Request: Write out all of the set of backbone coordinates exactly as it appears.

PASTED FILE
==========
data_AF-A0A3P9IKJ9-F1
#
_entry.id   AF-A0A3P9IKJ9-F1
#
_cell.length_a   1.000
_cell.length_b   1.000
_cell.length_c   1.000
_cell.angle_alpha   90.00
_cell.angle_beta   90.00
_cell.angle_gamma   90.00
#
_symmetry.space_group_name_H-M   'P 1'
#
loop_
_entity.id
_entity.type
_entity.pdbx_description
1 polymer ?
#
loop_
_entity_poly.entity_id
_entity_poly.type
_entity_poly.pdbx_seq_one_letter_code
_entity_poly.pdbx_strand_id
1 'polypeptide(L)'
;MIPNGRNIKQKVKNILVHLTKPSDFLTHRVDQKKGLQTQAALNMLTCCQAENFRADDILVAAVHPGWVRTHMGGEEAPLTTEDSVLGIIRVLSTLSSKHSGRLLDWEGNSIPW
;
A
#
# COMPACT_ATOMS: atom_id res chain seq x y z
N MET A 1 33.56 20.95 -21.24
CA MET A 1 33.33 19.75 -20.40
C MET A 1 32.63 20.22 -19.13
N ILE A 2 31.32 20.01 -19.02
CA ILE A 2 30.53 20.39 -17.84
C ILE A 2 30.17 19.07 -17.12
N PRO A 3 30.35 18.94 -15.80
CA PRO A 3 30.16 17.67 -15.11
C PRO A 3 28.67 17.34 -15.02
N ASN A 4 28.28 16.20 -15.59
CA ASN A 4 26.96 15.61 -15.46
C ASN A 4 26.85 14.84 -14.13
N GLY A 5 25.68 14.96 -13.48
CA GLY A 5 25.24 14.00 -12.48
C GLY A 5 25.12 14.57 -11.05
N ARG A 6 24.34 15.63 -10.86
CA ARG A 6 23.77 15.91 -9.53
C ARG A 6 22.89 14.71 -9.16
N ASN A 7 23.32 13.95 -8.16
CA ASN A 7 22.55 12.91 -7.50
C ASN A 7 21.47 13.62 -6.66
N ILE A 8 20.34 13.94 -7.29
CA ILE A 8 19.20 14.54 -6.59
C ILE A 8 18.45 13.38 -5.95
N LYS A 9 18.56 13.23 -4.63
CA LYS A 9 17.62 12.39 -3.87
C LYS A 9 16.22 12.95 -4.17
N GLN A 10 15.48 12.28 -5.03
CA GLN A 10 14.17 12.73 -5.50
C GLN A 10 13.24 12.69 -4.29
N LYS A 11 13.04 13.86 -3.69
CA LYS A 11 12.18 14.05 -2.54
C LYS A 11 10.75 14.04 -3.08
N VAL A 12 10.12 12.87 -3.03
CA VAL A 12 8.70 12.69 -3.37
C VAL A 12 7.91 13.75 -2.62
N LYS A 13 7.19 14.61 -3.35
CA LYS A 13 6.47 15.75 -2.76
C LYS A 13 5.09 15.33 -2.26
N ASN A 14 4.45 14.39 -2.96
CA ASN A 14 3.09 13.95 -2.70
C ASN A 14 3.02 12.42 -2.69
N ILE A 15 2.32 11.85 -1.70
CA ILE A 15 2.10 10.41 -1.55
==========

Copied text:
data_AF-A0A3P9IKJ9-F1
#
_entry.id   AF-A0A3P9IKJ9-F1
#
_cell.length_a   1.000
_cell.length_b   1.000
_cell.length_c   1.000
_cell.angle_alpha   90.00
_cell.angle_beta   90.00
_cell.angle_gamma   90.00
#
_symmetry.space_group_name_H-M   'P 1'
#
loop_
_entity.id
_entity.type
_entity.pdbx_description
1 polymer ?
#
loop_
_entity_poly.entity_id
_entity_poly.type
_entity_poly.pdbx_seq_one_letter_code
_entity_poly.pdbx_strand_id
1 'polypeptide(L)'
;MIPNGRNIKQKVKNILVHLTKPSDFLTHRVDQKKGLQTQAALNMLTCCQAENFRADDILVAAVHPGWVRTHMGGEEAPLTTEDSVLGIIRVLSTLSSKHSGRLLDWEGNSIPW
;
A
#
# COMPACT_ATOMS: atom_id res chain seq x y z
N MET A 1 33.56 20.95 -21.24
CA MET A 1 33.33 19.75 -20.40
C MET A 1 32.63 20.22 -19.13
N ILE A 2 31.32 20.01 -19.02
CA ILE A 2 30.53 20.39 -17.84
C ILE A 2 30.17 19.07 -17.12
N PRO A 3 30.35 18.94 -15.80
CA PRO A 3 30.16 17.67 -15.11
C PRO A 3 28.67 17.34 -15.02
N ASN A 4 28.28 16.20 -15.59
CA ASN A 4 26.96 15.61 -15.46
C ASN A 4 26.85 14.84 -14.13
N GLY A 5 25.68 14.96 -13.48
CA GLY A 5 25.24 14.00 -12.48
C GLY A 5 25.12 14.57 -11.05
N ARG A 6 24.34 15.63 -10.86
CA ARG A 6 23.77 15.91 -9.53
C ARG A 6 22.89 14.71 -9.16
N ASN A 7 23.32 13.95 -8.16
CA ASN A 7 22.55 12.91 -7.50
C ASN A 7 21.47 13.62 -6.66
N ILE A 8 20.34 13.94 -7.29
CA ILE A 8 19.20 14.54 -6.59
C ILE A 8 18.45 13.38 -5.95
N LYS A 9 18.56 13.23 -4.63
CA LYS A 9 17.62 12.39 -3.87
C LYS A 9 16.22 12.95 -4.17
N GLN A 10 15.48 12.28 -5.03
CA GLN A 10 14.17 12.73 -5.50
C GLN A 10 13.24 12.69 -4.29
N LYS A 11 13.04 13.86 -3.69
CA LYS A 11 12.18 14.05 -2.54
C LYS A 11 10.75 14.04 -3.08
N VAL A 12 10.12 12.87 -3.03
CA VAL A 12 8.70 12.69 -3.37
C VAL A 12 7.91 13.75 -2.62
N LYS A 13 7.19 14.61 -3.35
CA LYS A 13 6.47 15.75 -2.76
C LYS A 13 5.09 15.33 -2.26
N ASN A 14 4.45 14.39 -2.96
CA ASN A 14 3.09 13.95 -2.70
C ASN A 14 3.02 12.42 -2.69
N ILE A 15 2.32 11.85 -1.70
CA ILE A 15 2.10 10.41 -1.55